Pedro is an American citizen who came to the united states in 1989 from Mexico. He was 20 years old when he came here looking for a better life. Mexico was in that time, as is today, a country of much political turbulence and crime. He came here for a chance at a successful future as many young people his age did at that time. During his life in the U.S., Pedro met Irma, another immigrant from Mexico living in the U.S. He married Irma in 1993. His wife applied for political asylum in 1999. She waited three years to receive the paperwork to do the asylum claim. Meanwhile, Pedro found out he qualified for a green card and applied. He received his green card while his wife continued to await the decision on asylum.
Despite Irma’s attempt to obtain a humanitarian visa, in January of 2004 she got a notice that she was scheduled for deportation. It gave her a time and date to leave the U.S. and even notified her of which airport to report to, and how much luggage she could carry. The couple was totally devastated, but felt it was necessary to comply with the order to prevent any further problems with U.S. authorities. At the time of the deportation the couples’ only child, Joselito, was only six years old. Joselito was the only U.S. citizen in the family due to his birth on American soil. He was too young to understand the significance of the paperwork received by his mother . Five days after he graduated from kindergarten, he rode with his mother and father to the airport to see his mother off, and to say goodbye.
Since leaving the U.S., Pedro’s wife received a ten year bar to reentry. She resumed her life in Ciudad Juarez, Mexico while Pedro stayed in the U.S. and worked to provide for their son. Being that Pedro and his son lived in Chicago, frequent visits to see Irma were nearly impossible. Economic and scheduling problems with Pedro’s work and Juan’s schooling kept the family apart. Irma often talked to Pedro via phone and expressed that she felt totally powerless over the situation. Pedro felt the same but tried to convey a positive outlook to keep his wife from becoming too depressed.
The couple was still married but they were not together neither physically or emotionally. She lived her life with her problems and Pedro handled his situation in the U.S. Juan often asked his father why his country, the United States, did not like his mother. Pedro never could come up with an answer for this. It was hard to explain to a child that the country they were born in and should be proud of didn’t always make the right decisions when it came to law and policy. Pedro often thought about that his son should have the right to have his family together just like any other American family. Pedro himself was very proud of obtaining his citizenship and becoming a true American. However, part of himself felt ashamed for having his legal status when his wife was forced to live abroad.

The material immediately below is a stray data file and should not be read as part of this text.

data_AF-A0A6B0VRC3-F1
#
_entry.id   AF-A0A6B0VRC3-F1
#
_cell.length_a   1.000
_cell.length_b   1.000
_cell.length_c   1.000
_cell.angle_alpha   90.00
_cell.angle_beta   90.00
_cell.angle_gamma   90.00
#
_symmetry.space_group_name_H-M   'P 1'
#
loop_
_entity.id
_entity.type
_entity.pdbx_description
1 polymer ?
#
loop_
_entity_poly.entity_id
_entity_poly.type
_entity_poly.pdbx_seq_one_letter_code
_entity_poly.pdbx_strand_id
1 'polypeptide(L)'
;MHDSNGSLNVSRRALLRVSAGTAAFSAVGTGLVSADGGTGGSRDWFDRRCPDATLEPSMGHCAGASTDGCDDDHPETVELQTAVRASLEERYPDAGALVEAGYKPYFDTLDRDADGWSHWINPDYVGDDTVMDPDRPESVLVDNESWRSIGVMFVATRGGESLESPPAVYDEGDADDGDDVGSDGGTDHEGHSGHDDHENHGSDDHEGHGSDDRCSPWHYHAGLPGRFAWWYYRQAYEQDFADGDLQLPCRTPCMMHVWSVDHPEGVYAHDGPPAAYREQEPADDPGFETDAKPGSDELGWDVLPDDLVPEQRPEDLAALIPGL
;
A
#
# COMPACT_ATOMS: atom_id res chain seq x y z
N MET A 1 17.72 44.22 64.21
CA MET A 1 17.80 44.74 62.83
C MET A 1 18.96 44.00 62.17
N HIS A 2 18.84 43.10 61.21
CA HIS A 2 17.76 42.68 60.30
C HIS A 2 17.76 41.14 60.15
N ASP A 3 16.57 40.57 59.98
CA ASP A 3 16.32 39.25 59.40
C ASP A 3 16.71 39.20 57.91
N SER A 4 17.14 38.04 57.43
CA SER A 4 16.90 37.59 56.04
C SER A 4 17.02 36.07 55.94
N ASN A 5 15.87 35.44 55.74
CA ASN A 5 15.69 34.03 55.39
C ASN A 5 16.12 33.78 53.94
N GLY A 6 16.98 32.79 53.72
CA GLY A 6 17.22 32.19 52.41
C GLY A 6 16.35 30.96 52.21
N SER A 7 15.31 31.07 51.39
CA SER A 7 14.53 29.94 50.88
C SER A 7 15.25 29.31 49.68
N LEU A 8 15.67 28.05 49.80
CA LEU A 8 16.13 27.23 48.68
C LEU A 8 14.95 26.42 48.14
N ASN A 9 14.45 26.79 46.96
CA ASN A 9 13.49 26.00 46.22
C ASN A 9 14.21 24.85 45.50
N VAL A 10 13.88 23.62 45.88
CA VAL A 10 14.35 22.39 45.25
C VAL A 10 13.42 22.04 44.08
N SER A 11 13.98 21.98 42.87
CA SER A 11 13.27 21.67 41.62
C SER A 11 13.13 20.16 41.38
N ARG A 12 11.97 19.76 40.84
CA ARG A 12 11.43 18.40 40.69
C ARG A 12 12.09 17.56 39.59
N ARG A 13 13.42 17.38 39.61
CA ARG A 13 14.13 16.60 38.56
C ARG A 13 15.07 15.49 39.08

After four years of living apart, Pedro and Irma decided that enough was enough. They marriage was strained, and their son was growing and did not really know his mother. Pedro and his son, who had relocated to California due to Pedro’s work, made a decision to sacrifice the little luxuries they had to seek out legal help for Irma. Pedro saved up some money and consulted a Sacramento immigration lawyer regarding his wife’s situation. The attorney was able to determine that Irma qualified for a type of waiver that would overrule the ten year bar. Pedro was happy to learn that his wife could then be petitioned for, and brought back to the U.S. legally using a marriage visa.
Pedro’s story is one of the few that has a happy ending. One year after applying for the waiver, Irma and Pedro were notified that it was approved. Soon thereafter, Irma attended her immigrant visa interview in Mexico and was granted a visa. The couple was finally reunited in 2010, and Joselito once again had a mother in his life.